A total of 161 parents (96 mothers and 65 fathers) completed the questionnaires. To standardise the groups of mothers and fathers in family context factors, the inclusion criterion for the final sample was that both parents of the same family had completed the questionnaires. In the end, 118 parents (59 motherfather couples from two parent families) were included as participants.

Measures

Demographic information from parents, individuals with ASD and families was obtained through a brief questionnaire designed specifically for this research. A battery of six questionnaires was used to evaluate the variables that make up the stress model. One of these questionnaires (the Childhood Autism Rating Scale) was completed by the professionals, and the mothers and fathers completed the other five questionnaires individually. Some questionnaires were previously adapted for Spanish by other authors (Childhood Autism Rating Scale and Brief COPE). We translated the following measures into Spanish: the Behaviour Problems Inventory, the Checklist of Support for Parents of the Handicapped, the Sense of Coherence Questionnaire, and the Parental Stress Index Short Foorm. We adopted the back translation technique to ensure translation accuracy. Two bilingual experts were invited to translate the Spanish versions back to English to correct differences between the two versions.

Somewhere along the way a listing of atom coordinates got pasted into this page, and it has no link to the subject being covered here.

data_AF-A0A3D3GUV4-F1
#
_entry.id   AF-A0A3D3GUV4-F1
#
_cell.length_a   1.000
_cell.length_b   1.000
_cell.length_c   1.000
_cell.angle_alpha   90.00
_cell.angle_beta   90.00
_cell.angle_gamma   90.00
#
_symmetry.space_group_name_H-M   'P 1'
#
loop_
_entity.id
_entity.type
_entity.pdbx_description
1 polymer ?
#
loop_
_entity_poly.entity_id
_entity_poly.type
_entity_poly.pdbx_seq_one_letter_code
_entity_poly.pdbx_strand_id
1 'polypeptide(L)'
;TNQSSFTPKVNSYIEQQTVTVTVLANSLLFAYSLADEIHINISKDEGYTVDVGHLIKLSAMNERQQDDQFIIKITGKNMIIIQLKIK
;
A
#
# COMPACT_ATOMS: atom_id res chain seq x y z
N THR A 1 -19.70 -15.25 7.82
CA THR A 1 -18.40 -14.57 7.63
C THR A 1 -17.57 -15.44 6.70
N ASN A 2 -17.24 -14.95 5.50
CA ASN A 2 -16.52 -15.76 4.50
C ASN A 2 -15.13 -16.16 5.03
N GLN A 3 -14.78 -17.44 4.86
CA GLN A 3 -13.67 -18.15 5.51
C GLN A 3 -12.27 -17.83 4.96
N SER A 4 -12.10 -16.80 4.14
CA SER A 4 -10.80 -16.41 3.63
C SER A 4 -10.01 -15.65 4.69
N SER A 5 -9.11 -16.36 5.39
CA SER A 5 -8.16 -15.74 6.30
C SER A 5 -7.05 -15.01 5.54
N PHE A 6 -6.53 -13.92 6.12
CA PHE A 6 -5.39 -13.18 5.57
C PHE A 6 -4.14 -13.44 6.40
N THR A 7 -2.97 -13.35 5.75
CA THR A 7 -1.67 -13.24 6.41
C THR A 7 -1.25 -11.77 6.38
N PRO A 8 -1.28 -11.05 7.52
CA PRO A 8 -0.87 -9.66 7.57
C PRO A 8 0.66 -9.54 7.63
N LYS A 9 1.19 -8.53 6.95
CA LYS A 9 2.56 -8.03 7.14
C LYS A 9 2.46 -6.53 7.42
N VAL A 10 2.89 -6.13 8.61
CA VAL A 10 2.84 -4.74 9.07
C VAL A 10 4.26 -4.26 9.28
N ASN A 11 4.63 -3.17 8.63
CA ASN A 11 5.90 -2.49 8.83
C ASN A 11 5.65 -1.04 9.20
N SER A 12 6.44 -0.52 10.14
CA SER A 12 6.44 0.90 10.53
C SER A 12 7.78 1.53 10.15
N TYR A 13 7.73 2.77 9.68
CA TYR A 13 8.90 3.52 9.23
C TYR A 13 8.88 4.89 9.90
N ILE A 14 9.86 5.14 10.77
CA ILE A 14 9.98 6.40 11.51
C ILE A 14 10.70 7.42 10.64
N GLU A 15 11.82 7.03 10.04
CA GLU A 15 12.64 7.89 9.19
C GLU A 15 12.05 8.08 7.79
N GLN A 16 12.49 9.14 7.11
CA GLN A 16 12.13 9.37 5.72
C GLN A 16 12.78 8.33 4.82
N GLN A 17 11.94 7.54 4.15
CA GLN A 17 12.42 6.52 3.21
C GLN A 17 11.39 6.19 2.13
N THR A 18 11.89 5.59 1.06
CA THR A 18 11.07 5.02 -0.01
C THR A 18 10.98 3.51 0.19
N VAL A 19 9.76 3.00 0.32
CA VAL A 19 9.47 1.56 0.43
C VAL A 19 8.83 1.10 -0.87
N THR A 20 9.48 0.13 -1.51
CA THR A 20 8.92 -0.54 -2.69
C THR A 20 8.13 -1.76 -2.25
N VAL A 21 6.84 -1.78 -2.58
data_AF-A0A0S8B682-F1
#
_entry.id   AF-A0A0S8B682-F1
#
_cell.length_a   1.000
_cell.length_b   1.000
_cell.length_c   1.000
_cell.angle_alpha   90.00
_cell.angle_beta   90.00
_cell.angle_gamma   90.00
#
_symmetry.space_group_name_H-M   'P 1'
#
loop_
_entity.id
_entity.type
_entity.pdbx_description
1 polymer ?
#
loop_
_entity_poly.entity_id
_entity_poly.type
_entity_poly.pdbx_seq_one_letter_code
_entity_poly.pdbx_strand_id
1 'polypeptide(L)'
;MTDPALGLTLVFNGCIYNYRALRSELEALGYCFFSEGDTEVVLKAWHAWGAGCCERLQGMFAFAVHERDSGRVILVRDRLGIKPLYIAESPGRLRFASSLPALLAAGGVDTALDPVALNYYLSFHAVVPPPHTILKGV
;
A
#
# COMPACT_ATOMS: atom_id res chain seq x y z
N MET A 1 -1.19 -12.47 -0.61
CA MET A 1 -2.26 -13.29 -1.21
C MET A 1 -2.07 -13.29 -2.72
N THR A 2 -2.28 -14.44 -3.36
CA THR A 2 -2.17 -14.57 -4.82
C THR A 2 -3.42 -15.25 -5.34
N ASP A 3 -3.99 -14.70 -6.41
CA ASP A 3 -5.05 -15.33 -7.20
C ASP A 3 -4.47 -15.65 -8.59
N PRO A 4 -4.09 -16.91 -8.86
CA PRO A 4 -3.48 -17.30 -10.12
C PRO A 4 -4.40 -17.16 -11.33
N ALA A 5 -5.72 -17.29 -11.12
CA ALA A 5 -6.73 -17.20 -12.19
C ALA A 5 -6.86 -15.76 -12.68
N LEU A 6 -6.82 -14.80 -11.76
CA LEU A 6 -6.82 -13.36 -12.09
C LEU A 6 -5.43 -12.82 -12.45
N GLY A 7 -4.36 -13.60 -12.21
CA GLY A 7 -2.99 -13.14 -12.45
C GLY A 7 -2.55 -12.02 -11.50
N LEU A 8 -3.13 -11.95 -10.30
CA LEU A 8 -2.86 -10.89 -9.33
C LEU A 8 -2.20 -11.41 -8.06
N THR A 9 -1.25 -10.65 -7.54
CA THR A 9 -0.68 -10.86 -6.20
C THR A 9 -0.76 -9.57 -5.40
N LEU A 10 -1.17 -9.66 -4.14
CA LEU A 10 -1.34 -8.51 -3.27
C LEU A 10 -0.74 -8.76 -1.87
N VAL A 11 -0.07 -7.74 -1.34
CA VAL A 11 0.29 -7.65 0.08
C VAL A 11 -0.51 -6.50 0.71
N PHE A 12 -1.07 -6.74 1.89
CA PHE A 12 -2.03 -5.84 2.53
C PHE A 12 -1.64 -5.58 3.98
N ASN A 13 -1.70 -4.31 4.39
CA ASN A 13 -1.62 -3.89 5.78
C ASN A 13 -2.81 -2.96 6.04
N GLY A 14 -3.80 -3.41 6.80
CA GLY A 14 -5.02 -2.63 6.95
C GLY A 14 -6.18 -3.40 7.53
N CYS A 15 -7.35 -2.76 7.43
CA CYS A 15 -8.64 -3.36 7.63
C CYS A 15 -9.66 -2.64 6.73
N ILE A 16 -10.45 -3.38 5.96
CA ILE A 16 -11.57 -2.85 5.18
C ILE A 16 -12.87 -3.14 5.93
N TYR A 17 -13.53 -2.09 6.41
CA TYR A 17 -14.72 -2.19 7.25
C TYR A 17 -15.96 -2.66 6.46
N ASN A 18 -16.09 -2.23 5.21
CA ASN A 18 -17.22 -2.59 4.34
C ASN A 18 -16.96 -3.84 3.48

The Childhood Autism Rating Scale (CARS; Schopler, Reichler, & Reisner, 1988; adapted for Spanish by Garcia-Villamisar & Polaino-Llorente, 1992) was used to measure the severity of the disorder. The CARS is a 15-item behaviour scale, which evaluates behaviours that, in general, are affected by autism. Each item is scored from 1 (behaviour appropriate for age level) to 4 (severe deviance with respect to normal behaviour for age level). All items are added together into a total score, which was used in the present study to evaluate the severity of the disorder. The internal consistency of the original scale is high, with an alpha reliability coefficient of .94 and interrater reliability of .71. The Spanish adaptation of the CARS has both good internal consistency (α= .98) and concurrent validity (Kappa coefficient = .78). The current study also exhibited good reliability, with a Cronbach's alpha of .91.